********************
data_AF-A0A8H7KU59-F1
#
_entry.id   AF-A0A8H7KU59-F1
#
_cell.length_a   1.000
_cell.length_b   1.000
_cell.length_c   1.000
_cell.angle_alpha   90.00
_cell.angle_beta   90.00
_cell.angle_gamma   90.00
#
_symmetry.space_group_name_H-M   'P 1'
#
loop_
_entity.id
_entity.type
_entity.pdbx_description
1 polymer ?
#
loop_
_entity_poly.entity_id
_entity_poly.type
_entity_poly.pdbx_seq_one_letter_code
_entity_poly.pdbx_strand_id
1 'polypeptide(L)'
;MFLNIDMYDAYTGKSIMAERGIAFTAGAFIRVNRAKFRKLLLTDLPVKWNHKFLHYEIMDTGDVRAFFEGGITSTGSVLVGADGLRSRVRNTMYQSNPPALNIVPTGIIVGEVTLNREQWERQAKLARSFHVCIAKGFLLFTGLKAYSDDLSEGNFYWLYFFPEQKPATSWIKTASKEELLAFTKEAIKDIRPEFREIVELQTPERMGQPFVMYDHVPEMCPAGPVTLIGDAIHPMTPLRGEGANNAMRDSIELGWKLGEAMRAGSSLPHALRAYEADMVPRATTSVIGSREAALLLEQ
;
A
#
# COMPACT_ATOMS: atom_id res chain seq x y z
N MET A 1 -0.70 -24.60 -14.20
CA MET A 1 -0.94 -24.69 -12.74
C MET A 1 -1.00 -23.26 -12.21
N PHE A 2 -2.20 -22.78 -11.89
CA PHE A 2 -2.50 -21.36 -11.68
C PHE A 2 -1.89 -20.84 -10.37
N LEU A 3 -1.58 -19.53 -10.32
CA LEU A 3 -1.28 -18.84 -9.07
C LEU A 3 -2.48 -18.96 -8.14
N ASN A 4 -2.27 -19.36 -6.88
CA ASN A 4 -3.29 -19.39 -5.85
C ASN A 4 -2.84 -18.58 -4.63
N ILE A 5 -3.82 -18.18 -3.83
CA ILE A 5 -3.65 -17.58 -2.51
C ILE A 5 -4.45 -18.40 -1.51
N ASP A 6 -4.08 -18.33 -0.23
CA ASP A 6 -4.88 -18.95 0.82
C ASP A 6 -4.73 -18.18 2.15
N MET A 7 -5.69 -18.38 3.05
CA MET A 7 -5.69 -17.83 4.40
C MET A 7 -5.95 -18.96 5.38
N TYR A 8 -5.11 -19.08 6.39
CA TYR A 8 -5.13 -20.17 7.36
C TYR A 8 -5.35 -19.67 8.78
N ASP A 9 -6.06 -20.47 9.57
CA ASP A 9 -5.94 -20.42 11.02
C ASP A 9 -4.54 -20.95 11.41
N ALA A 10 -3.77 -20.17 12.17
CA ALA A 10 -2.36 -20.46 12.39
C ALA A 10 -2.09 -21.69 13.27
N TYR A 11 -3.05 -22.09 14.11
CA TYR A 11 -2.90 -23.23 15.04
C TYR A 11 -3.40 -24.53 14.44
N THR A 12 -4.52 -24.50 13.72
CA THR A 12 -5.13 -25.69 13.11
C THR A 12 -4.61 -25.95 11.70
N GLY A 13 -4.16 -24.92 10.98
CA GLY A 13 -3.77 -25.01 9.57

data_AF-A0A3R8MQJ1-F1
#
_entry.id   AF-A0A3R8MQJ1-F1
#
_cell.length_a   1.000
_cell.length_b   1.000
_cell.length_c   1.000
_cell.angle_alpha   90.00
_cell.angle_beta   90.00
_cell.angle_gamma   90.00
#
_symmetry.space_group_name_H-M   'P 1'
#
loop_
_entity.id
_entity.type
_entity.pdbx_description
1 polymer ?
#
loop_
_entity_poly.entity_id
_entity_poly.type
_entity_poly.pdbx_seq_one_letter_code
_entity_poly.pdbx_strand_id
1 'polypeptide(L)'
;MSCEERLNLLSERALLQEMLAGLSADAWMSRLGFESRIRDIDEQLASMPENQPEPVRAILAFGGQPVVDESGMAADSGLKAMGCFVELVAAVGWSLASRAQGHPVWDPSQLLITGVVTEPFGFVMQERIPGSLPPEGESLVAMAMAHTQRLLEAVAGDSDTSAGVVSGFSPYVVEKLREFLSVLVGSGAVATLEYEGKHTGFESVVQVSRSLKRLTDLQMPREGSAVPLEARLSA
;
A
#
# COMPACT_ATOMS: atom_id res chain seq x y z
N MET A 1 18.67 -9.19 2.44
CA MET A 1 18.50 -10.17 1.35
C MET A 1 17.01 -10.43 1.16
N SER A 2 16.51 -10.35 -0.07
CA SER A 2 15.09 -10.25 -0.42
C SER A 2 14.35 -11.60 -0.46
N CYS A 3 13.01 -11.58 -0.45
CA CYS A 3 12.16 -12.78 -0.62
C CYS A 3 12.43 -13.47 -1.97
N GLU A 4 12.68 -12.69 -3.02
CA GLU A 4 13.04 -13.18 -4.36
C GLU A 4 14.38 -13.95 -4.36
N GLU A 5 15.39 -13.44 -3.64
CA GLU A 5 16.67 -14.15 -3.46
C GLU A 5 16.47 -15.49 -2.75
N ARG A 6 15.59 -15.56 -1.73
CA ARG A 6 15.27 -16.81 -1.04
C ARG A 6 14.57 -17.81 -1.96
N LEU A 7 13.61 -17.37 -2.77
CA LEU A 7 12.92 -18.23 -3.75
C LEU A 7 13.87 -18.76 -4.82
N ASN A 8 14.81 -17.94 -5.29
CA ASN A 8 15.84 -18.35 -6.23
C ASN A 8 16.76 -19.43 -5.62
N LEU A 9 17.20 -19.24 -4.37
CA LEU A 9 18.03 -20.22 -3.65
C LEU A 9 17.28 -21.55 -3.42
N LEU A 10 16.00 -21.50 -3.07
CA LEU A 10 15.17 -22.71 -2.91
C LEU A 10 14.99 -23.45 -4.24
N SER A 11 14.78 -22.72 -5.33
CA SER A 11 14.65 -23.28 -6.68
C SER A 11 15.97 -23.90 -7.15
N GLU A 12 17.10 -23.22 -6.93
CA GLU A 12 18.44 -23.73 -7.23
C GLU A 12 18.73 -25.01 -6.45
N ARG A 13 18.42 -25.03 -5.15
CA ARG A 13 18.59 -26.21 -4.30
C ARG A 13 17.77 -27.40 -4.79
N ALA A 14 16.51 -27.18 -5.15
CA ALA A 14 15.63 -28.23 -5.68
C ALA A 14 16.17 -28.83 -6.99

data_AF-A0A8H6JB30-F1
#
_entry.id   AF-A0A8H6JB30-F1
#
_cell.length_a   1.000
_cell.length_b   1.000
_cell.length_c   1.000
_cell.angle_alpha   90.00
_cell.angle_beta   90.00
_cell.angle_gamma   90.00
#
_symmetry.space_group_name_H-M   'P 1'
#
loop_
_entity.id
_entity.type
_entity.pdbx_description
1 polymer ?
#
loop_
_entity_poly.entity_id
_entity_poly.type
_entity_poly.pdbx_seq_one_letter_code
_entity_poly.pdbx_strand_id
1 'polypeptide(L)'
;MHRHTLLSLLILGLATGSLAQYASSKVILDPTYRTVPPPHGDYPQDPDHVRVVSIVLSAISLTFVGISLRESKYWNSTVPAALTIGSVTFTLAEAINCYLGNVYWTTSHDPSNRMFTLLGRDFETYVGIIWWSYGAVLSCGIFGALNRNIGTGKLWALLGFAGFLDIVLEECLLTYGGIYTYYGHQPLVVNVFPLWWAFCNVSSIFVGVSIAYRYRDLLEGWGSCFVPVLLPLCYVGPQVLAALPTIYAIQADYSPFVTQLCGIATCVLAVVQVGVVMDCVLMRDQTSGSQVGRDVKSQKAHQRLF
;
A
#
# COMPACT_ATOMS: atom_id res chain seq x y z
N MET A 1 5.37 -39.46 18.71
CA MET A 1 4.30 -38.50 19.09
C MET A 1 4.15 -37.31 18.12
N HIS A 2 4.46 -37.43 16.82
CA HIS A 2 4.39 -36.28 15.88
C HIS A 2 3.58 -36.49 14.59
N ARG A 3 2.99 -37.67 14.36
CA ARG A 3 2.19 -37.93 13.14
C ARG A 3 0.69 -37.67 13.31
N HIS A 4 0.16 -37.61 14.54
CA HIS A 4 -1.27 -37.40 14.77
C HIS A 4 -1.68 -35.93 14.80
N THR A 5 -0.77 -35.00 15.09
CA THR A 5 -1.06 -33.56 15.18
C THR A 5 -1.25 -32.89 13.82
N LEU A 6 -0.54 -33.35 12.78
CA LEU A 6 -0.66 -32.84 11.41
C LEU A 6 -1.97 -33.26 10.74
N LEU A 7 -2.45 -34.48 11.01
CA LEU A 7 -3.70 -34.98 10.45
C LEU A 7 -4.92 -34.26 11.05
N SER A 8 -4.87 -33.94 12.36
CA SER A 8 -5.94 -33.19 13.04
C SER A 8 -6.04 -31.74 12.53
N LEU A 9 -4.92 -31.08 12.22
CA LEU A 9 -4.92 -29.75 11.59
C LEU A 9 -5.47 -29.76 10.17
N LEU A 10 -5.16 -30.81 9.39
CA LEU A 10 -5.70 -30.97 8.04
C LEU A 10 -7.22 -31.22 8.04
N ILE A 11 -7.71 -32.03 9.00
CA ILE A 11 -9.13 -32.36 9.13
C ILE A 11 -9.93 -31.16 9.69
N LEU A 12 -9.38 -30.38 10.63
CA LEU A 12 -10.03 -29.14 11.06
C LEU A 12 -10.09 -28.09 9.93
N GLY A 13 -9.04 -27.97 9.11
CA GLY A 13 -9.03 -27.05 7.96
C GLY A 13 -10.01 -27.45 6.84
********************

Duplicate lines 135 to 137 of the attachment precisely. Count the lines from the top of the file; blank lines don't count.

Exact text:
N ARG A 13 18.42 -25.03 -5.15
CA ARG A 13 18.59 -26.21 -4.30
C ARG A 13 17.77 -27.40 -4.79